Now that one complete challenge each month is to use the grid study…we are making better use of it as we go about our weekly outdoor time. This week we had tennis plans with some friends at the park and we combined this with some time observing the oak trees that surround the courts.
I brought our tree field guide, our journal supplies, and the tree grid to help us glean more from our observations. There is a picnic bench right under the great big oak that you see in the top image. It is very different from the other oak we observed last week in our backyard. This one has a bunch of large trunks coming up from one spot and reaching out to make a crown.
So we took photos of our tree parts as part of the grid study.
These acorns are much larger than the ones we have on the California Black Oak tree in our yard. We also noticed that there are two growing together, opposite each other. This was a clue to the identify of the type of oak once we pulled out our field guide.
Here is a photo of the trunk with the bark and woodpecker holes. Which reminds me that I need to add the woodpeckers we saw to our bird list for October. We keep a running list each month of the birds we see and now that we have three year’s worth of data it is interesting to compare.
Under the main tree we saw this new oak sprouting….which technically isn’t part of the tree but we thought it was interesting. Looking at the image now it also shows the dry, brown leaves of this oak tree.
|My tree pages using the tree grid and bookmark from the October Newsletter. (Amazon link to journal below)|
So then we pulled out our tree field guide (A Field Guide to Western Trees-Peterson Field Guides) and tried to determine just what particular oak we were enjoying at the park on a glorious October afternoon. Turns out it is an Interior Live Oak. We were interested in the fact that the leaves can either be smooth (like ours) or they can be “sharp-toothed”.
So for my nature journal pages for our tree study, I am using the Tree Grid and bookmark from the newsletter, my tree poetry from last Friday’s Using Your Words challenge, and then I will add some additional observations and maybe an image I print our from our photos.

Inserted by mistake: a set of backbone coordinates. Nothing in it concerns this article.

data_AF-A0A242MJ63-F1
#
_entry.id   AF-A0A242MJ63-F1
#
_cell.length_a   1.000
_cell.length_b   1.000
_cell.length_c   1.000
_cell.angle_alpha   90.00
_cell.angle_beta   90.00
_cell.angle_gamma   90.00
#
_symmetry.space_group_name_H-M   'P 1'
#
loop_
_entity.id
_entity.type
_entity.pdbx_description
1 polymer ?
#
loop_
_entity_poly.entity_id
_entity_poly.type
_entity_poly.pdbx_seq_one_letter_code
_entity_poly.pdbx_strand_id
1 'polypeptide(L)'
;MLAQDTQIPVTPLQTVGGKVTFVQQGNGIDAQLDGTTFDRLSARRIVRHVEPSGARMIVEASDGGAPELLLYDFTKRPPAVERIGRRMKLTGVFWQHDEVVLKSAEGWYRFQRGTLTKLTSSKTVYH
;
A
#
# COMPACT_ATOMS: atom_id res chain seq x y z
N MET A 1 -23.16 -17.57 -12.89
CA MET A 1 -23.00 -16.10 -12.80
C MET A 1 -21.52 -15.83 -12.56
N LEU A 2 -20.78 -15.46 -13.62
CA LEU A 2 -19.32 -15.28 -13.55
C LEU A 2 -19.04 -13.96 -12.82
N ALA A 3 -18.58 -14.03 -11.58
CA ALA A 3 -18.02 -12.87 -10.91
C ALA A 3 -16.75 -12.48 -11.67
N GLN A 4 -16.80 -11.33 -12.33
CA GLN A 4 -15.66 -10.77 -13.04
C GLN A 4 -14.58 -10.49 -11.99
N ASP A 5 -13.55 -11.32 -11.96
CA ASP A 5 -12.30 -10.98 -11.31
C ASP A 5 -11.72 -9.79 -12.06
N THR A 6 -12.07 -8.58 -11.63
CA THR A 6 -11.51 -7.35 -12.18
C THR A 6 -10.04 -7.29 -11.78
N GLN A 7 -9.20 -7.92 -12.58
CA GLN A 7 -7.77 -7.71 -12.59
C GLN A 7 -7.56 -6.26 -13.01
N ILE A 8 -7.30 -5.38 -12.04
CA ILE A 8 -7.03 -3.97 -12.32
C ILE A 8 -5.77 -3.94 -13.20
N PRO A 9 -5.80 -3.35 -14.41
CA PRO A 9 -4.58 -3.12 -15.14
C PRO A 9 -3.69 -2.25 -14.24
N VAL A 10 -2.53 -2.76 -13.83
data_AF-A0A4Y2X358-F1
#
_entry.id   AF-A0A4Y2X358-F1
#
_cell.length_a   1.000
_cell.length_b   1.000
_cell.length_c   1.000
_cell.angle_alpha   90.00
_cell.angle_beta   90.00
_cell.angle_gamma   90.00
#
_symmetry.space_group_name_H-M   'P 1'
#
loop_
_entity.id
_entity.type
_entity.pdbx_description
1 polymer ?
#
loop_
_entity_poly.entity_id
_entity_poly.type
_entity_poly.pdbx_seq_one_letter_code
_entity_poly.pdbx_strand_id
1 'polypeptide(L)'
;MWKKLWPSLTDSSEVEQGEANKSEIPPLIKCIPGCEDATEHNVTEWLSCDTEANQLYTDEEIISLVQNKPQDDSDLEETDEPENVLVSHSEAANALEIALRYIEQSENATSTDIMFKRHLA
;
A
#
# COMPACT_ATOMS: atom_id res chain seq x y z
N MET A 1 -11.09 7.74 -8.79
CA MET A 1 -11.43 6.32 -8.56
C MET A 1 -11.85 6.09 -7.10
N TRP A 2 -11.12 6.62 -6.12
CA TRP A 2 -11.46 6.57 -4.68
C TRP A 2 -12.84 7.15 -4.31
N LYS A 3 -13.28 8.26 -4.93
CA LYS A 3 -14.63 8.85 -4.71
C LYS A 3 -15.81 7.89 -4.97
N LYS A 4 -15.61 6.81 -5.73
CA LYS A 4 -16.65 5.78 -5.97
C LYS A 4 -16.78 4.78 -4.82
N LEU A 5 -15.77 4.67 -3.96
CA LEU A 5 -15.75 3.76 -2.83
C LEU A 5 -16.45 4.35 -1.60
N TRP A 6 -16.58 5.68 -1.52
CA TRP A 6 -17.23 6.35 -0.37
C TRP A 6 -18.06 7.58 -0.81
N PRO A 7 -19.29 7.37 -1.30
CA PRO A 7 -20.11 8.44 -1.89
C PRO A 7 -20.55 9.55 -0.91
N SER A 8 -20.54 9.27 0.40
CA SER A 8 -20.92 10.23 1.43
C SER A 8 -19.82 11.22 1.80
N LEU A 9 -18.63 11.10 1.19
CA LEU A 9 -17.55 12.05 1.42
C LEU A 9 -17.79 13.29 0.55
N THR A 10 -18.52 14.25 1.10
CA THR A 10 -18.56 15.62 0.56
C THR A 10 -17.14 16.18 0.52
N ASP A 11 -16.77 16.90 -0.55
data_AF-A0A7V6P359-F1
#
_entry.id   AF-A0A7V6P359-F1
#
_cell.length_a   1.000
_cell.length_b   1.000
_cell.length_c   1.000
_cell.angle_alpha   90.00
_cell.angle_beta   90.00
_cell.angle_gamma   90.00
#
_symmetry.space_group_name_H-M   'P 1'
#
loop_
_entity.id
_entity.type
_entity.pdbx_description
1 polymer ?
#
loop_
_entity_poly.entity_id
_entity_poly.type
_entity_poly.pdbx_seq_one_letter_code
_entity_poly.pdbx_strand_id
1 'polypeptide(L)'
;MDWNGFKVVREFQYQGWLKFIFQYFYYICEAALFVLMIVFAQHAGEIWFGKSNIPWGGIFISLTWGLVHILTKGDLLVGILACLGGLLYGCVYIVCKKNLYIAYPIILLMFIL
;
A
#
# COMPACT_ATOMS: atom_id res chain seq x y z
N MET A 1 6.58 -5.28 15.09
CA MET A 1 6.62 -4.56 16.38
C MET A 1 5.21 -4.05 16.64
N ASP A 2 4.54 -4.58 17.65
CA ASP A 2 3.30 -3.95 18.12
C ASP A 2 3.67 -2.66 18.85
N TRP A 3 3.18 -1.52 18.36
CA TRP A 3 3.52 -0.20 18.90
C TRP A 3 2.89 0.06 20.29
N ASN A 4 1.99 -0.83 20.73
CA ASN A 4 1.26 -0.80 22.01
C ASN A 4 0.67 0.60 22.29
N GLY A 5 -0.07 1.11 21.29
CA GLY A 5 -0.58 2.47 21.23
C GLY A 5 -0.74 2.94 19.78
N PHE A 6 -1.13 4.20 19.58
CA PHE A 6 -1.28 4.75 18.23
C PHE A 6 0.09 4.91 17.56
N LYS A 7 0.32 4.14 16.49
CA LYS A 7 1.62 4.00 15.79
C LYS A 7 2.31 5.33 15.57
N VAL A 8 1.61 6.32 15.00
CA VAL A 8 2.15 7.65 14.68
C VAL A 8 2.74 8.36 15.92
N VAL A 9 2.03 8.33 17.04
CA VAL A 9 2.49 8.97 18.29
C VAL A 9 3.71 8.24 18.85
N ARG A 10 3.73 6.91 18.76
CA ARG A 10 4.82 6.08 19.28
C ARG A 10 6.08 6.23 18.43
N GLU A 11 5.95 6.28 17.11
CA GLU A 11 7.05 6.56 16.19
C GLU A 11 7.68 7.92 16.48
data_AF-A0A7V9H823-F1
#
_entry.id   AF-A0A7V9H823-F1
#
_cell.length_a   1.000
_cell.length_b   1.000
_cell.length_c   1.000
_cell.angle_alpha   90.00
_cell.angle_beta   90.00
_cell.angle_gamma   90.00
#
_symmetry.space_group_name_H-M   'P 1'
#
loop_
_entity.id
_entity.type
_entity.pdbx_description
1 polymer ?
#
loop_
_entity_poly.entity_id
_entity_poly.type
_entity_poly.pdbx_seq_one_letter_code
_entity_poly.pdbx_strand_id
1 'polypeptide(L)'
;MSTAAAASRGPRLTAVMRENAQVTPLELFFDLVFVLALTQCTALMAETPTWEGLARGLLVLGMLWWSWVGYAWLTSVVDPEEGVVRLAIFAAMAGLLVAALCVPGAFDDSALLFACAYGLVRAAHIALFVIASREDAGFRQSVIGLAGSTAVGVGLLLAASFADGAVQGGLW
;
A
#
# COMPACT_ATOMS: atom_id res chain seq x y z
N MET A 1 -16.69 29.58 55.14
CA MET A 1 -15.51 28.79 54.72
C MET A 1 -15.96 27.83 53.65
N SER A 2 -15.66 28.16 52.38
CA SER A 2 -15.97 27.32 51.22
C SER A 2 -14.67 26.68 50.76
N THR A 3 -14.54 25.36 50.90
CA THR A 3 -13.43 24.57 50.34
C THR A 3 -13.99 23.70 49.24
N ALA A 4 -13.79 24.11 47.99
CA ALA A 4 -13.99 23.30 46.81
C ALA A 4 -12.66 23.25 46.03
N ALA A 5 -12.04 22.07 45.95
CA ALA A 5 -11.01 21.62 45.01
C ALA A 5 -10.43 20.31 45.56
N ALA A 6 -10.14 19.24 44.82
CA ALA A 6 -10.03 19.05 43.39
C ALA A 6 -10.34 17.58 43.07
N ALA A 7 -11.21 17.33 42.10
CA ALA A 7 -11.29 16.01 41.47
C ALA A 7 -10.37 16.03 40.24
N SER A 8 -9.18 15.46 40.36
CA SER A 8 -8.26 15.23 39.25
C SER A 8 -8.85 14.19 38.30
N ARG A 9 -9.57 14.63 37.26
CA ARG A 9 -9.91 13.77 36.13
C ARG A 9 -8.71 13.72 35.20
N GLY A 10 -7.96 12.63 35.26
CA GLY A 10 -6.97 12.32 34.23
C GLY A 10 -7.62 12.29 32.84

We still have some tasks left from the Tree Study Grid to complete but there is plenty of time in the month to work on them. We have had some debate about which tree is “closest to our house”….it might even mean getting out a measuring tape to have an official closest tree.
I have a nature study group trip this week and I have been gathering some things to take for all of us.
I thought you might like to see what I pack for our group…nothing too exciting.
- Colored pencils and Number 2 pencils with erasers
- Scissors (for cutting the grids)
- Pencil sharpener (can’t see it in the photo)
- Assorted field guides (which I put in my daypack)
- A couple of magnifying tools
- Clipboards with the study grid (we are going to work on insects on this trip)
Even though we are going to be working on insects, I decided to bring in a few other field guides. We have quite a few lizards right now and I know some of the boys are going to want to chase those. I also always bring a bird field guide since that is one that we always seem to need.
I have gleaned some wonderful ideas from all of you as I watch you work with your grid studies….so many ways to use this simple idea. I hope that showing you a glimpse into our tree grid study will encourage you to give it a try this month or any other month you feel like studying trees.